Origination fee

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An origination fee, or activation fee, is a payment associated with the establishment of an account with a bank, broker or other company providing services handling the processing associated with taking out a loan.[1] [2]

An activation fee is typically a set amount for any account. However, an origination fee usually varies from 0.5% (half a point) to 2% (two points) of a given loan amount, depending on whether the loan was originated in the prime or the subprime market. For example, an origination fee of 3% on a £200,000 loan is £6,000.[2] In the United States origination fees are allowed for mortgages but are illegal for other loans. [3] The FTC indicates origination fees are scams.[4]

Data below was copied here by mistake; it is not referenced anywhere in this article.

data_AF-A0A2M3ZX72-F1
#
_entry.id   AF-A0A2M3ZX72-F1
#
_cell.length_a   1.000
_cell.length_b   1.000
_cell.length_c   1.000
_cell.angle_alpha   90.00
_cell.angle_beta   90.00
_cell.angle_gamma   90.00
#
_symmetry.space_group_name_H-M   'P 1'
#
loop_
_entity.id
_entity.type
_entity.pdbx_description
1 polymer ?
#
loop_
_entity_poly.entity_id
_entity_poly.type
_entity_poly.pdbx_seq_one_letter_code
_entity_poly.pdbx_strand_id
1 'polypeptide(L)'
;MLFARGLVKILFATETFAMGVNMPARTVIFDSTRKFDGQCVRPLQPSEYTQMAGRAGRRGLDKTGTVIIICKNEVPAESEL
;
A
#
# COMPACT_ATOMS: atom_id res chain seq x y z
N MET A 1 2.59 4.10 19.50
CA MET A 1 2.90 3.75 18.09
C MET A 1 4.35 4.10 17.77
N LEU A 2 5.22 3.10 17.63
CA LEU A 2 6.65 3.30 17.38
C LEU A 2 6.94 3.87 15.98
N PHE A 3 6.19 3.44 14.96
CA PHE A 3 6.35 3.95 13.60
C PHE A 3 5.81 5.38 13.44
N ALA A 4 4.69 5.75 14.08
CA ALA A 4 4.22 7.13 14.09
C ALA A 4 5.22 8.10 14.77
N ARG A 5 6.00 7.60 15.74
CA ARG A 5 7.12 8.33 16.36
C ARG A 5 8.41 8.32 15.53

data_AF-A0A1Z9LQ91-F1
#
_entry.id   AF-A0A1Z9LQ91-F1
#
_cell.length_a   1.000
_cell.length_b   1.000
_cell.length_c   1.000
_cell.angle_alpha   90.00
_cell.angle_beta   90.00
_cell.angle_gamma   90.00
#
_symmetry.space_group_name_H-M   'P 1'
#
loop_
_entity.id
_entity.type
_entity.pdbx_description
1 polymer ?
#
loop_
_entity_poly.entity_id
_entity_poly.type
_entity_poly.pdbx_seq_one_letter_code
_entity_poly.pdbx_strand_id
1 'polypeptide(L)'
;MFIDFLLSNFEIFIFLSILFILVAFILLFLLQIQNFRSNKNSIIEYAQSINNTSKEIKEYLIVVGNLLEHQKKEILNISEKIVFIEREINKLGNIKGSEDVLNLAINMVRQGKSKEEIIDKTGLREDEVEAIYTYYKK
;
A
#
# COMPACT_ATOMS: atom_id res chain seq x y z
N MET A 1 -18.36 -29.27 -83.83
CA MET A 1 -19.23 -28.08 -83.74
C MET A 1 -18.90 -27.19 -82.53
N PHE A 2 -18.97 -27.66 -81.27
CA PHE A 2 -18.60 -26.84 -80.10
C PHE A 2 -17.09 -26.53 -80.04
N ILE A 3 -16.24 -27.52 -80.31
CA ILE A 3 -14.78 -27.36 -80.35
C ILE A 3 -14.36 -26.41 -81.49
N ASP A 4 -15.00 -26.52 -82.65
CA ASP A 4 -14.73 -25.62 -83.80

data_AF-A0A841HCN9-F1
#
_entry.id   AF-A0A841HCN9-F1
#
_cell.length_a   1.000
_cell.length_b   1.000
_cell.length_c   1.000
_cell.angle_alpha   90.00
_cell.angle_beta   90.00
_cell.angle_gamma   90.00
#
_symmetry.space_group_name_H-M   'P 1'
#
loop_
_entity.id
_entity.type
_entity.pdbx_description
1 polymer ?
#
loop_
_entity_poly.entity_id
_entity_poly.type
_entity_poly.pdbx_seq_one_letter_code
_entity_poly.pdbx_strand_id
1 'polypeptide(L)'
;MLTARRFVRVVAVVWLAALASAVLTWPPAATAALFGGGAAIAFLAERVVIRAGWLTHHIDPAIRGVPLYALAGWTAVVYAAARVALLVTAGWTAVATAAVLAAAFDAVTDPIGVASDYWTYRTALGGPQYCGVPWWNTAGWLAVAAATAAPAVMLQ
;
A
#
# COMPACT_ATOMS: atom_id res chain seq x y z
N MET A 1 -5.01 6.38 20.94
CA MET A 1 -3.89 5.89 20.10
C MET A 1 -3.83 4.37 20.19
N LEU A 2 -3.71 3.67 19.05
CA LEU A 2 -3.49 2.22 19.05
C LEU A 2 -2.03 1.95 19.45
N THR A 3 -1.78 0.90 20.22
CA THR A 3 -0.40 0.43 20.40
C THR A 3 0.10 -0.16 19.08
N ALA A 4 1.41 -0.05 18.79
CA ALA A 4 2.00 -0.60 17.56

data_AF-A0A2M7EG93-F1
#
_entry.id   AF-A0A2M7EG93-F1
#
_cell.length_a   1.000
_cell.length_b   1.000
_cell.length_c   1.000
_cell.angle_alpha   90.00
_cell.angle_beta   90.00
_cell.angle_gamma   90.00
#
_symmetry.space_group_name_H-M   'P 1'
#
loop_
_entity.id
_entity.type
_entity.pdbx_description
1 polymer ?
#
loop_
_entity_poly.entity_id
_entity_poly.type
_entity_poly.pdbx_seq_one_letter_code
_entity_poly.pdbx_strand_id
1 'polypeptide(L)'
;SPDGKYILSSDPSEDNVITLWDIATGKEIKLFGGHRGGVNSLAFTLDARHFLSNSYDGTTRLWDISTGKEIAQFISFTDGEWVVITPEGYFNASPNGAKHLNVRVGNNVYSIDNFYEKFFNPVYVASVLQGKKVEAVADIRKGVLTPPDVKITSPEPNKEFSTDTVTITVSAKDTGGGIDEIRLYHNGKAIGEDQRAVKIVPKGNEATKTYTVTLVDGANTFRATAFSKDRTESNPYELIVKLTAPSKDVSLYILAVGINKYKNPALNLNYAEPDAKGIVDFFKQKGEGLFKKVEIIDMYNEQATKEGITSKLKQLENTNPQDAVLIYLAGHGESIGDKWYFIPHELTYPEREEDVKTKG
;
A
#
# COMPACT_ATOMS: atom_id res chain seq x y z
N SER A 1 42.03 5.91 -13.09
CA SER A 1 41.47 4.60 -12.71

Discount points are used to buy down the interest rates, temporarily or permanently. Origination fees and discount points are both items listed under lender-charges on the HUD-1 Settlement Statement. Regulation Z was enacted to protect buyers from abusive lending practicing with regards to origination fees and origination fees for mortgages can not be deducted.[5]

Notes[edit]

  1. ^ "Origination Fee". investopedia. Retrieved 21 May 2013. 
  2. ^ a b "loan origination fee". investorwords. Retrieved 21 May 2013. 
  3. ^ "Scam alert: BBB says advanced fee loan scams are on the rise". Retrieved 31 May 2016. 
  4. ^ "Six Sure Signs of an Advance-Fee Loan Scam". Retrieved 31 May 2016. 
  5. ^ "Loan Origination Fees: What They Are And How You Can Save". personaldebtrelief. Retrieved 1 January 2014.